Is it true that businessmen will have to file 37 income tax returns in a year, as is being widely perceived?
This is not correct.
The maximum number of assesses are traders in India.
There will be, I guess, 80 lakh dealers or traders.
If I was a trader in Madhya Pradesh, I will still be in Madhya Pradesh under GST.
As a trader in Madhya Pradesh, I used to file one return per month. Now also I will have to file one return per month.
But now the tax has been broken into Madhya Pradesh GST and Central GST. But return is only one.
If I am selling inter-state, then I will have to charge a combination of these two taxes.
In the returns there will be a break-up.
In the first part of the return the seller will have to upload all his sales.
The moment he uploads the details, they will automatically reflect in the records of the person with whom he is conducting his business (say, Mr X).
The cumbersome part is that Mr X will now have to check if all his invoices are reflecting in the electronic register or not.
If all is fine, then he just has to say okay.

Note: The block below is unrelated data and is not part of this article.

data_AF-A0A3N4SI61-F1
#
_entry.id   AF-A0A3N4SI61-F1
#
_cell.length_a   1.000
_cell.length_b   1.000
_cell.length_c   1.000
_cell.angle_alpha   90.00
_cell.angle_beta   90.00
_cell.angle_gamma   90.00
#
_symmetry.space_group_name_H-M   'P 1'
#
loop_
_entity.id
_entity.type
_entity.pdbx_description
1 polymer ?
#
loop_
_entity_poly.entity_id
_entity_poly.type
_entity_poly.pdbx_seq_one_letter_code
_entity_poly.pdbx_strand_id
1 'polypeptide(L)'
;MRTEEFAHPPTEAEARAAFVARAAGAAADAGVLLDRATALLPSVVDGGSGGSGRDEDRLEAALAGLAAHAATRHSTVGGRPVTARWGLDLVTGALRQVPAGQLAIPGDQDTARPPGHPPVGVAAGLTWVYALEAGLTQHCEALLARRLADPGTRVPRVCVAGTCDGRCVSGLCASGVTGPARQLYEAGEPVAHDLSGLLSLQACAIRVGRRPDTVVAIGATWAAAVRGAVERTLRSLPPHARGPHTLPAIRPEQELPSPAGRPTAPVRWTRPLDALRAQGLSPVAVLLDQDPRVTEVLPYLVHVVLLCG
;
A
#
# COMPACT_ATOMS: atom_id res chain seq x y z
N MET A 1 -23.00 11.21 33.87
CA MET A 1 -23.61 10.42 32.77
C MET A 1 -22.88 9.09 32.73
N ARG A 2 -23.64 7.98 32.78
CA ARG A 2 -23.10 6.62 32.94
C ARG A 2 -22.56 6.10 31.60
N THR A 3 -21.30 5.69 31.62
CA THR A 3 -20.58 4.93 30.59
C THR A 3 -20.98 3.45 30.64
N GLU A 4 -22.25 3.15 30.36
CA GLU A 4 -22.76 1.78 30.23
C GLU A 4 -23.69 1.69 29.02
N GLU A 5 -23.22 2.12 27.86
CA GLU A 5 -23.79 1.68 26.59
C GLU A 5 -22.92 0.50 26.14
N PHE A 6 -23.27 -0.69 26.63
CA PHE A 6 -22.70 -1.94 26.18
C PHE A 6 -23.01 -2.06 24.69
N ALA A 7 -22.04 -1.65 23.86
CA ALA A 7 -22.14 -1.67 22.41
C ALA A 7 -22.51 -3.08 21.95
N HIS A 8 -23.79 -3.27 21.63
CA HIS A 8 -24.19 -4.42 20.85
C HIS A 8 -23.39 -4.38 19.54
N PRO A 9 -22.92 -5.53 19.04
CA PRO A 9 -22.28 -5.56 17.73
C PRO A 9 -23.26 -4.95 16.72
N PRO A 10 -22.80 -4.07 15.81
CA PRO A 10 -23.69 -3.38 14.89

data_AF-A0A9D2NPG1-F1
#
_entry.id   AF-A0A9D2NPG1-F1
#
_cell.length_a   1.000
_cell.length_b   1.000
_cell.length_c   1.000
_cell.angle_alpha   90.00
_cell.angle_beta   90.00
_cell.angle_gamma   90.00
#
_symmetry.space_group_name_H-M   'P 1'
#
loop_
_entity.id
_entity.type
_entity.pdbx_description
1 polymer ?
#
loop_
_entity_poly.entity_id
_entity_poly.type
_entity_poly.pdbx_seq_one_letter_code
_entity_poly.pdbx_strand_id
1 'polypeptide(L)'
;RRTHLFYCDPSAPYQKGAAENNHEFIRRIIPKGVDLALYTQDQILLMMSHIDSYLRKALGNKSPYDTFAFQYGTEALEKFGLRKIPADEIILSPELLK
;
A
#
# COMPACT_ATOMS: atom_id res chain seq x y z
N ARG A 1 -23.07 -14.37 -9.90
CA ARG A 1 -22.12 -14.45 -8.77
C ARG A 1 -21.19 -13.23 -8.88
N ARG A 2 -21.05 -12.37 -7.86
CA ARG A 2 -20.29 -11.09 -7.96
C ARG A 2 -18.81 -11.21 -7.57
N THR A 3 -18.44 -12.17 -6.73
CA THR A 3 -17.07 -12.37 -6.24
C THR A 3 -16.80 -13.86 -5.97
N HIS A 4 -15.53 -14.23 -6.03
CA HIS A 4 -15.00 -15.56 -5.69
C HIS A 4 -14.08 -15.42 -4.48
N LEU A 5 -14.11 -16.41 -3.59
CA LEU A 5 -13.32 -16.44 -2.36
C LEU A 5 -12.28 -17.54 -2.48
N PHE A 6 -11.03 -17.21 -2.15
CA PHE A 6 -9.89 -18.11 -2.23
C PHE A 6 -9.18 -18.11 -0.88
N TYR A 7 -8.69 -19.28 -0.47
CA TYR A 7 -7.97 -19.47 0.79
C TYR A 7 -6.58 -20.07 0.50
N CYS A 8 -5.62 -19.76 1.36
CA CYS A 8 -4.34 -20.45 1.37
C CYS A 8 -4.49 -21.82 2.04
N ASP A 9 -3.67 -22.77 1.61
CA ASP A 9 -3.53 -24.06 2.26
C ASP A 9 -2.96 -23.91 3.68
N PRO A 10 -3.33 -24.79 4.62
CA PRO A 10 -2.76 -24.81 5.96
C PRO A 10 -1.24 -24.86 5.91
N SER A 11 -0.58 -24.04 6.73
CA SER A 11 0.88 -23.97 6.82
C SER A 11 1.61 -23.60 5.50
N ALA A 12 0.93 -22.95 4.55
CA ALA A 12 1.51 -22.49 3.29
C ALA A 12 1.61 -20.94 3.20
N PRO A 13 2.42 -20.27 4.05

Don't you think this is like a police State where everything is being watched real time by government officers?
But people were evading taxes.
Fake bills were created and now with GST it will not be possible.
It is a cumbersome process and I don't know if small traders will be able to comply with it.
I too have questions in my mind.
There can be some problems and small traders need to be educated.
Has GST succeeded in any country? I believe there are some 145 countries who have implemented GST.
Yes, there are 145 countries with GST.
GST is imperative for India's success.
In India, we are 40 years late for GST.
In between we introduced tax reforms in parts like in excise we had MODVAT in 1987.
Service tax came in 1994 and in 2005 it was VAT.
This particular method of partially bringing tax credit into the system had hardly helped India.
Without GST, India will be a less competitive country.